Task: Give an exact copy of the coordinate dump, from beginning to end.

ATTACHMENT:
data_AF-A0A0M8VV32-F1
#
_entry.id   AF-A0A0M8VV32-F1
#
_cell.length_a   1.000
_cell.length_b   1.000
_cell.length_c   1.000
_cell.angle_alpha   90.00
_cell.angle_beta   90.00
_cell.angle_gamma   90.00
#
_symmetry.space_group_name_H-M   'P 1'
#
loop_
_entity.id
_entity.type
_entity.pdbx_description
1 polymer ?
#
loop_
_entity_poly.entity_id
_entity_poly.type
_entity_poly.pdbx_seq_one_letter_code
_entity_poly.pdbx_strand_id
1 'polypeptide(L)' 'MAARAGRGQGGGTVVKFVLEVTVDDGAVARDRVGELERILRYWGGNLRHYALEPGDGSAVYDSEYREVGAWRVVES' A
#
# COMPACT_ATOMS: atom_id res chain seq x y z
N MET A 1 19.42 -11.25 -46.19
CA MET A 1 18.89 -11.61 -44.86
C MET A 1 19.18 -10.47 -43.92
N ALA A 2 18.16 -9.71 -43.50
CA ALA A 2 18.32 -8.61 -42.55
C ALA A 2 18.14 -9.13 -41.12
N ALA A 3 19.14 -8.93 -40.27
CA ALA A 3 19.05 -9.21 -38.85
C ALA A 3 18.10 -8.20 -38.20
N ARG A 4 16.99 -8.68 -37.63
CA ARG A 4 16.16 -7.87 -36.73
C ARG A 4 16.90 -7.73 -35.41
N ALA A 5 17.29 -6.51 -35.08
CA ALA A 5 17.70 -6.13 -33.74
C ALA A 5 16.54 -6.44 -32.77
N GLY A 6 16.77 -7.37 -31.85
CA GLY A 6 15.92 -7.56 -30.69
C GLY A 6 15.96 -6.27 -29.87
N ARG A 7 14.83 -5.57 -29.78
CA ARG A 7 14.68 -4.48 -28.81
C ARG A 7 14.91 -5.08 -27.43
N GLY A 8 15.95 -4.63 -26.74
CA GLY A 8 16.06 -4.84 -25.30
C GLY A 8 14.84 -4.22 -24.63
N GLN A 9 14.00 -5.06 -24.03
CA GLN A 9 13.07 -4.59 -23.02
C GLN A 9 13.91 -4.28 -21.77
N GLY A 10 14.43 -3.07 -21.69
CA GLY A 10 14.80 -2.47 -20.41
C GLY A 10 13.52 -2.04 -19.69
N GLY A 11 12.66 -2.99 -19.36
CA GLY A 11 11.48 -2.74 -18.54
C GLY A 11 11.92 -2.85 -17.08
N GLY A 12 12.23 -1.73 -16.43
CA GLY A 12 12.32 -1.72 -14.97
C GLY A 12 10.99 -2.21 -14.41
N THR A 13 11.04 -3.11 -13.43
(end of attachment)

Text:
data_AF-A0A0M8VV32-F1
#
_entry.id   AF-A0A0M8VV32-F1
#
_cell.length_a   1.000
_cell.length_b   1.000
_cell.length_c   1.000
_cell.angle_alpha   90.00
_cell.angle_beta   90.00
_cell.angle_gamma   90.00
#
_symmetry.space_group_name_H-M   'P 1'
#
loop_
_entity.id
_entity.type
_entity.pdbx_description
1 polymer ?
#
loop_
_entity_poly.entity_id
_entity_poly.type
_entity_poly.pdbx_seq_one_letter_code
_entity_poly.pdbx_strand_id
1 'polypeptide(L)' 'MAARAGRGQGGGTVVKFVLEVTVDDGAVARDRVGELERILRYWGGNLRHYALEPGDGSAVYDSEYREVGAWRVVES' A
#
# COMPACT_ATOMS: atom_id res chain seq x y z
N MET A 1 19.42 -11.25 -46.19
CA MET A 1 18.89 -11.61 -44.86
C MET A 1 19.18 -10.47 -43.92
N ALA A 2 18.16 -9.71 -43.50
CA ALA A 2 18.32 -8.61 -42.55
C ALA A 2 18.14 -9.13 -41.12
N ALA A 3 19.14 -8.93 -40.27
CA ALA A 3 19.05 -9.21 -38.85
C ALA A 3 18.10 -8.20 -38.20
N ARG A 4 16.99 -8.68 -37.63
CA ARG A 4 16.16 -7.87 -36.73
C ARG A 4 16.90 -7.73 -35.41
N ALA A 5 17.29 -6.51 -35.08
CA ALA A 5 17.70 -6.13 -33.74
C ALA A 5 16.54 -6.44 -32.77
N GLY A 6 16.77 -7.37 -31.85
CA GLY A 6 15.92 -7.56 -30.69
C GLY A 6 15.96 -6.27 -29.87
N ARG A 7 14.83 -5.57 -29.78
CA ARG A 7 14.68 -4.48 -28.81
C ARG A 7 14.91 -5.08 -27.43
N GLY A 8 15.95 -4.63 -26.74
CA GLY A 8 16.06 -4.84 -25.30
C GLY A 8 14.84 -4.22 -24.63
N GLN A 9 14.00 -5.06 -24.03
CA GLN A 9 13.07 -4.59 -23.02
C GLN A 9 13.91 -4.28 -21.77
N GLY A 10 14.43 -3.07 -21.69
CA GLY A 10 14.80 -2.47 -20.41
C GLY A 10 13.52 -2.04 -19.69
N GLY A 11 12.66 -2.99 -19.36
CA GLY A 11 11.48 -2.74 -18.54
C GLY A 11 11.92 -2.85 -17.08
N GLY A 12 12.23 -1.73 -16.43
CA GLY A 12 12.32 -1.72 -14.97
C GLY A 12 10.99 -2.21 -14.41
N THR A 13 11.04 -3.11 -13.43